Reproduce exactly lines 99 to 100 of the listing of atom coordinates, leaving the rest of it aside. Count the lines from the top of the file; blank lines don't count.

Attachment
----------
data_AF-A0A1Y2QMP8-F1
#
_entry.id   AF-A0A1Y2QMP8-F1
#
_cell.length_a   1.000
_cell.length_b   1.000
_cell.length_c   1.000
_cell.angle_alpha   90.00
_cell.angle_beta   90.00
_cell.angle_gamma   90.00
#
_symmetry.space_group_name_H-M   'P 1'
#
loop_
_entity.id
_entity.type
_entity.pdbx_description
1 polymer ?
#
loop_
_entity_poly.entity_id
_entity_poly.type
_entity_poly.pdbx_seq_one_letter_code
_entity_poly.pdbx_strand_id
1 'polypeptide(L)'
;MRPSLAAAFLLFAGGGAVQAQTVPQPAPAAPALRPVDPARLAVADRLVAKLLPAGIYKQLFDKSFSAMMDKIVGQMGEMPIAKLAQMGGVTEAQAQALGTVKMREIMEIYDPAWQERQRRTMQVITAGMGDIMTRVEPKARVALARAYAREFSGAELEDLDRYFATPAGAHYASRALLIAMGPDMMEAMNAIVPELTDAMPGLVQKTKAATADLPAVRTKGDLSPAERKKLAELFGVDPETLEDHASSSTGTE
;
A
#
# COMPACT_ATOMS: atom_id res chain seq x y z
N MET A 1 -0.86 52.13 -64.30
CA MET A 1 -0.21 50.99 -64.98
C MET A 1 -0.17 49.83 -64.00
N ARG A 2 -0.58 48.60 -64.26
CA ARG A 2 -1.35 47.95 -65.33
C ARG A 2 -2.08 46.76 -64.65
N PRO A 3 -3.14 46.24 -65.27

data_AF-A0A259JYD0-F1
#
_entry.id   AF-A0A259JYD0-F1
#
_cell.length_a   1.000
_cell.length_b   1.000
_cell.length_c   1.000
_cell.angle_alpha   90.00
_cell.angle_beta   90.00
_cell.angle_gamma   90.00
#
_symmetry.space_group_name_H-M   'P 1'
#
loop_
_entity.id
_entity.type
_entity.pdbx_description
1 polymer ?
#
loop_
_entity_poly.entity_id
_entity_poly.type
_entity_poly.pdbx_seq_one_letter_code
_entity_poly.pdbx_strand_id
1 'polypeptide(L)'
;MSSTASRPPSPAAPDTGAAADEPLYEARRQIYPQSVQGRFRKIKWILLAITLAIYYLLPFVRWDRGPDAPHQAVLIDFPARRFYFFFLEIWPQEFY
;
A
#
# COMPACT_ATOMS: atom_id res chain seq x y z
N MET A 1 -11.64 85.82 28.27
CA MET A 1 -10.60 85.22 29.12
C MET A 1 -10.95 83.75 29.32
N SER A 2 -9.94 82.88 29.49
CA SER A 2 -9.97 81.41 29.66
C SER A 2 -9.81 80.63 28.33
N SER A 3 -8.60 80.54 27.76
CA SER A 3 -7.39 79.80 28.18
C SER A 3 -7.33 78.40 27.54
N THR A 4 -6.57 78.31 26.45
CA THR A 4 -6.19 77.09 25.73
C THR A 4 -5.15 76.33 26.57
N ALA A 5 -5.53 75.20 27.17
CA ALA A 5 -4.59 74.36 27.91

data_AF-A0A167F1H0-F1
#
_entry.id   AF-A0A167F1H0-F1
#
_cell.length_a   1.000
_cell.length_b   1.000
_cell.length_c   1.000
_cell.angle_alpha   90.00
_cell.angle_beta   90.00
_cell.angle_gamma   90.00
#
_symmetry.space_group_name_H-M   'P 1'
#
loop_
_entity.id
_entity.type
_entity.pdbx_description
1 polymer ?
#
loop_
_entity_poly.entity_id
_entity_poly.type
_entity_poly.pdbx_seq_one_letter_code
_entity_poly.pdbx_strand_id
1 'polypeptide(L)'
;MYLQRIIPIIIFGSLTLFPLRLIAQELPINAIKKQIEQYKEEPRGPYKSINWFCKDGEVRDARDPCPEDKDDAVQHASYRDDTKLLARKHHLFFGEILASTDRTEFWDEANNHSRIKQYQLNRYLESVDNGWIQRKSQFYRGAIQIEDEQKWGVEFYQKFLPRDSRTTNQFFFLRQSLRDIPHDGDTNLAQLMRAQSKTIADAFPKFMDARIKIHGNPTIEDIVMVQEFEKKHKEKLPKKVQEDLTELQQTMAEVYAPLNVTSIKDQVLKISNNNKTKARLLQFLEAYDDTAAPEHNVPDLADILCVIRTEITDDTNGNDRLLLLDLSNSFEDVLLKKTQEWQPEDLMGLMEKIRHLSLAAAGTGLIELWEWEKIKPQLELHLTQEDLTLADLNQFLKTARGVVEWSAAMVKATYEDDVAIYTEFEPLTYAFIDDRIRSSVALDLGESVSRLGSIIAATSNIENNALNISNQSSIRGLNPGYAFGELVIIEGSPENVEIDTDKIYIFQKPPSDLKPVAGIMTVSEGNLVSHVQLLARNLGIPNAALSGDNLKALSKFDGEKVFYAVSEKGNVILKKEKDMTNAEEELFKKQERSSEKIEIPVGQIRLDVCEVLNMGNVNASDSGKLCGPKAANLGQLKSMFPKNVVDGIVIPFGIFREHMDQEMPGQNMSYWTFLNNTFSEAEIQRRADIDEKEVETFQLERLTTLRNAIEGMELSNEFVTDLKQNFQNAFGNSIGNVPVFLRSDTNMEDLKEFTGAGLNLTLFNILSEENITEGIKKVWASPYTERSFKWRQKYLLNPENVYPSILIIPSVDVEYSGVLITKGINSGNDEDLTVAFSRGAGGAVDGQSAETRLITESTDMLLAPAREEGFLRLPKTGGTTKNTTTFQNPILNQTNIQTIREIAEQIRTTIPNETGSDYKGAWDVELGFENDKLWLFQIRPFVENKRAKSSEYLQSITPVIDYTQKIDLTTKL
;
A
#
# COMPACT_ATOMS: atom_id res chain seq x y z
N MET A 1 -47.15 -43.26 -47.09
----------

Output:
1 polymer ?
#